Home » Ryan’s list: How a teenager lives his last moments to the fullest

Ryan’s list: How a teenager lives his last moments to the fullest

When 18-year-old Ryan Alam was diagnosed with a rare, progressive neurodegenerative disease three years ago, he had two choices: give up or make the most of every single moment. Since then, he has parachuted with the US Army, ridden Ferraris with a NASCAR driver and marked Egypt by his “Bucket List”, all the while to provide crucial funding for scientific research. His mother, Tuba Alam, shares her story.

About three and a half years ago, my son Ryan was diagnosed with a progressive neurological disease called NBIA-MPAN. He shares it with fewer than 100 people in the world.

We knew something was going on when his gait changed in elementary school. Ryan started walking on his toes. No big deal, right? We did some occupational therapy, but as Ryan grew, his symptoms got worse. He was constantly falling over. Doctors came back and said it was cerebral palsy, but no damage was found to his MRI.

Eventually my maternal instincts struck and I realized that something else was going on. We took him to the Children’s National Hospital in Washington, DC, and after bullying me through the system and getting into quarrels with doctors, we finally got our diagnosis: Mitochondrial membrane protein-associated neurodegeneration or NBIA-MPAN. It is a type of neurodegenerative disorder in which the brain accumulates too much iron. The symptoms are very similar to Parkinson’s disease, dementia, cerebral palsy and muscular dystrophy.

Ryan and Tuba in a hot air balloon in Egypt.

I remember I asked, okay, so what’s our game plan, what’s the next step? And the doctors just looked at me and said, “There is no game plan. There are no treatments. We can give him muscle relaxants to treat the symptoms, but there is nothing we can do to correct it.” I could not believe what they said.

Later that month, we told Ryan the news. He obviously knew that the doctors were testing him and that it might not be cerebral palsy. He kept asking, “What is it? What is it?” So we put him at the table. I could feel on his lips that he was getting really scared. We told him what it was and he said, “What will happen to me?” He just started crying. It was a mother’s worst nightmare.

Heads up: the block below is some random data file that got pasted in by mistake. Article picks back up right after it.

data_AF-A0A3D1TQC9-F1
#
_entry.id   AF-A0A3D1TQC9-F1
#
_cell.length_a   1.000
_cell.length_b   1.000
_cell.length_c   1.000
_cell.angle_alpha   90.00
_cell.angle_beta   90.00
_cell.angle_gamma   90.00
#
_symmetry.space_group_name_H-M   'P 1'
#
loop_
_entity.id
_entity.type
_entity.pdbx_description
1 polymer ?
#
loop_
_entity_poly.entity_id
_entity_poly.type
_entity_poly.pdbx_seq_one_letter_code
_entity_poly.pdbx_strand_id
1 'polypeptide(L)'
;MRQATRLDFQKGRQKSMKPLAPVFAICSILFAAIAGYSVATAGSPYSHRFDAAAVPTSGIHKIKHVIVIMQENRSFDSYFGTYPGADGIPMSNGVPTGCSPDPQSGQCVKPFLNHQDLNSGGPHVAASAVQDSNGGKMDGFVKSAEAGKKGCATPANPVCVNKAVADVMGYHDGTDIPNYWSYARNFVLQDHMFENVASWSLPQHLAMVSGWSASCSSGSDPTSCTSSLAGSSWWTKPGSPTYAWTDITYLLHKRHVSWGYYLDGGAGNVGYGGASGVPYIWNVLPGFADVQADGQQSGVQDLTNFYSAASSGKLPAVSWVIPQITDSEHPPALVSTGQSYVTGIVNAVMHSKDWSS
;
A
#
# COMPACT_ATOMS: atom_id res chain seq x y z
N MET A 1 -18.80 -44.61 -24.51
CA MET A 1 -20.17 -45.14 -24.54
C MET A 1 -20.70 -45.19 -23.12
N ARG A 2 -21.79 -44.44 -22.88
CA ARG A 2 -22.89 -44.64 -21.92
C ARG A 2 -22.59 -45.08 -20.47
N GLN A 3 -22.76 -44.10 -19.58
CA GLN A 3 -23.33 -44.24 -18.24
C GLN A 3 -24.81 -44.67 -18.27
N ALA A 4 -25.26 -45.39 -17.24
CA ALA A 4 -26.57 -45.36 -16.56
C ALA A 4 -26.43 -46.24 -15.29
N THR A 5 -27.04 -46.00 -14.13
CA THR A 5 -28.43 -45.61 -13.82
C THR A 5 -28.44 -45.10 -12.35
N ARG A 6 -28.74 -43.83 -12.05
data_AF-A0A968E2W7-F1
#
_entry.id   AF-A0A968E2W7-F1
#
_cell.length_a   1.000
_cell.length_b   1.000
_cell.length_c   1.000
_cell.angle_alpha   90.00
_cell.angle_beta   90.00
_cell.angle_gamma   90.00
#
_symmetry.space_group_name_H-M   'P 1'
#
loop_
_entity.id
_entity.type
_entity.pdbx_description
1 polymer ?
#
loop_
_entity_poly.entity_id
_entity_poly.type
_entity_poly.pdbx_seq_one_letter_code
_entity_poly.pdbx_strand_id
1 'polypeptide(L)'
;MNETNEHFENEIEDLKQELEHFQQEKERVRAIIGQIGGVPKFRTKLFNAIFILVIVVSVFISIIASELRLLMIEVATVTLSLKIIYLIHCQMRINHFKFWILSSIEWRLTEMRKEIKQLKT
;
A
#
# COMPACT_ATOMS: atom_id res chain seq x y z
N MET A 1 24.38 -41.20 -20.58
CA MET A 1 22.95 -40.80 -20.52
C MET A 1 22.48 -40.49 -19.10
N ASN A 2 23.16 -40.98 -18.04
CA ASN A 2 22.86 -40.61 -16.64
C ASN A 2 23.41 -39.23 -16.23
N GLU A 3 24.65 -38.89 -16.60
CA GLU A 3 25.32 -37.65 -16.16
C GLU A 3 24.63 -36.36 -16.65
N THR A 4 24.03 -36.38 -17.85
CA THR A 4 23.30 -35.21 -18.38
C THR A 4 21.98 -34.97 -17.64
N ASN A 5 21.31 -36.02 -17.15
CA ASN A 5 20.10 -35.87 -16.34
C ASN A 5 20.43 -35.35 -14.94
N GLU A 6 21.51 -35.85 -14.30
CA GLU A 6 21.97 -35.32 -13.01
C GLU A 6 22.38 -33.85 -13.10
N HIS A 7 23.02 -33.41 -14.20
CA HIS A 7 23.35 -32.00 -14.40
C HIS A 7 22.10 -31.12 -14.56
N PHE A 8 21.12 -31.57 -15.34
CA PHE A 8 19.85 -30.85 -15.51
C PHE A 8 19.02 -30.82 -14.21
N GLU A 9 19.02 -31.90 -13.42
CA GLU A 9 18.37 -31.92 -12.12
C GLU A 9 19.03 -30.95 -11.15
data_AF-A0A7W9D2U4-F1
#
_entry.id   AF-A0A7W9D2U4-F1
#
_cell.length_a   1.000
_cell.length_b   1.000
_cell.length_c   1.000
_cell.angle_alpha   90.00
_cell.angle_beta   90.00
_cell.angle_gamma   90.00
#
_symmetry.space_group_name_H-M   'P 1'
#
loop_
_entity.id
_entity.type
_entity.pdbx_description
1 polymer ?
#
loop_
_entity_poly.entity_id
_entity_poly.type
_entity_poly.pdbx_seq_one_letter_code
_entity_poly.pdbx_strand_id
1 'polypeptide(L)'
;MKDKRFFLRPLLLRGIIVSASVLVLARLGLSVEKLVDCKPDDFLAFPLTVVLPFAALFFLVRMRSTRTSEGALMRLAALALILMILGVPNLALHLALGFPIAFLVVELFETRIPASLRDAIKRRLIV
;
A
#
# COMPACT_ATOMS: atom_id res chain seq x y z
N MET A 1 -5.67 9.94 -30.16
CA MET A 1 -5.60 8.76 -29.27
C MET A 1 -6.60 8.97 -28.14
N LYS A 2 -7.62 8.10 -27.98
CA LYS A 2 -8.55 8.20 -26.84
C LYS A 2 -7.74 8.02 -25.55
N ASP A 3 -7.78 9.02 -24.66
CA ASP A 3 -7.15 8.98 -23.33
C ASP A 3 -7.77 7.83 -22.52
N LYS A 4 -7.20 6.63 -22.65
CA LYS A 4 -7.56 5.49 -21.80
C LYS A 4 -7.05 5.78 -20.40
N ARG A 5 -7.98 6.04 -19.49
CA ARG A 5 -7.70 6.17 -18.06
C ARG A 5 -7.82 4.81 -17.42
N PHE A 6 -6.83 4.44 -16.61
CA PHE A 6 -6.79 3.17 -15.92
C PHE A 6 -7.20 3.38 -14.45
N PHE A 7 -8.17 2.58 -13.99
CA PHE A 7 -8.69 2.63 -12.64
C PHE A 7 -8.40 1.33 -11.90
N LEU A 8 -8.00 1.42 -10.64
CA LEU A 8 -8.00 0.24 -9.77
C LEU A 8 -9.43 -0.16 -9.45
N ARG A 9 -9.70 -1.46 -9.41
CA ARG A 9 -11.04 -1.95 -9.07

His father promised him, “I can not promise you a long life, but I promise you that the life you have when it’s time to go, that you will feel that you have lived many good lives.”

The family together on a cruise down the Nile.

From there, a spark went into Ryan. I could feel him just sucking it in. He came back to us that night and said, “I did not cry because I was afraid to die, I cried because I was afraid to leave you.” And I thought, oh man, do not say that! It was the only day he cried. He has never cried since. He has never complained in his life.

Ryan told us he was going to make The Bucket List and we’ve been checking things out ever since. It is a long list. He has parachuted with the US Army. (My husband and daughter thought I was crazy to ask, but I thought, “What’s the worst that can happen? They say no?”) He jumped in a Ferrari with a retired NASCAR driver; they closed the track down for him for two hours and he loved it – he’s all about excitement and speed. He’s also getting ready to bungee jump soon. I can not believe he does.

Ryan parachutes with the U.S. Army.

Another item on Ryan’s list was visiting Egypt and we have just returned from the trip. He has always wanted to see the pyramids. Egypt is not known for being particularly accessible to wheelchair users, but it was on the list so we had to give it a try. I called Intrepid and asked, “Is this possible?” And they checked with their team in Egypt and said, “Yes, we can do this.” Our manager, Mohammed Ali, made it just as easy with Ryan. Just beyond.

Ryan’s favorite parts were the pyramids, for sure, and the hot air balloon ride. Both were on The Bucket List! He actually told me that his other favorite part – and that’s Ryan – was the people. You do not have to give Ryan much, but if he has some people to socialize with, he is in heaven. He’s already asking us, “Hey, when are we going to see Mrs. Deb and Mr. Mark again?” They were two other travelers on the trip.

In fact, our group actually cried when the trip ended. It was amazing. When we said goodbye to everyone, my daughter cried and Ryan was emotional. And I thought, “What’s wrong?” And I looked around, and Linda, another traveler, cried too! Everyone really took care of each other and became friends on the trip. Ryan loved every minute of it and we hope to book in Ryan’s next big adventure: Australia with Intrepid this spring.

The family loved their trip to Egypt. Next stop: Australia!

Ryan is slowly getting worse and as a mom it feels like a stab in the heart with a knife. I can not let the wound heal. As soon as I accept one loss, another happens. So one more and one … I told my husband I can not heal. I feel like my heart is just bleeding constantly.

But Ryan is just so full of life. A couple of students on a field trip recently came up to me and said, “Ms. Alam, may we ask you something? Why is Ryan so happy?” And I said, yes, he loves life to the fullest. It’s a phrase he uses. He’s always said he wants to be treated like a normal person. He does not want people to feel sorry for him. It does not work a day when he does not wake up with a smile on his face.

Ryan is currently using his story to raise groundbreaking research funding for NBIA-MPAN, a critically underfunded disease. If you want to support the cause, you can donate over here. Ryan has already reached his original goal of $ 350,000 to kick-start MPAN research, but more is needed to continue the fight. You can follow the journey on #BeLikeRyan.

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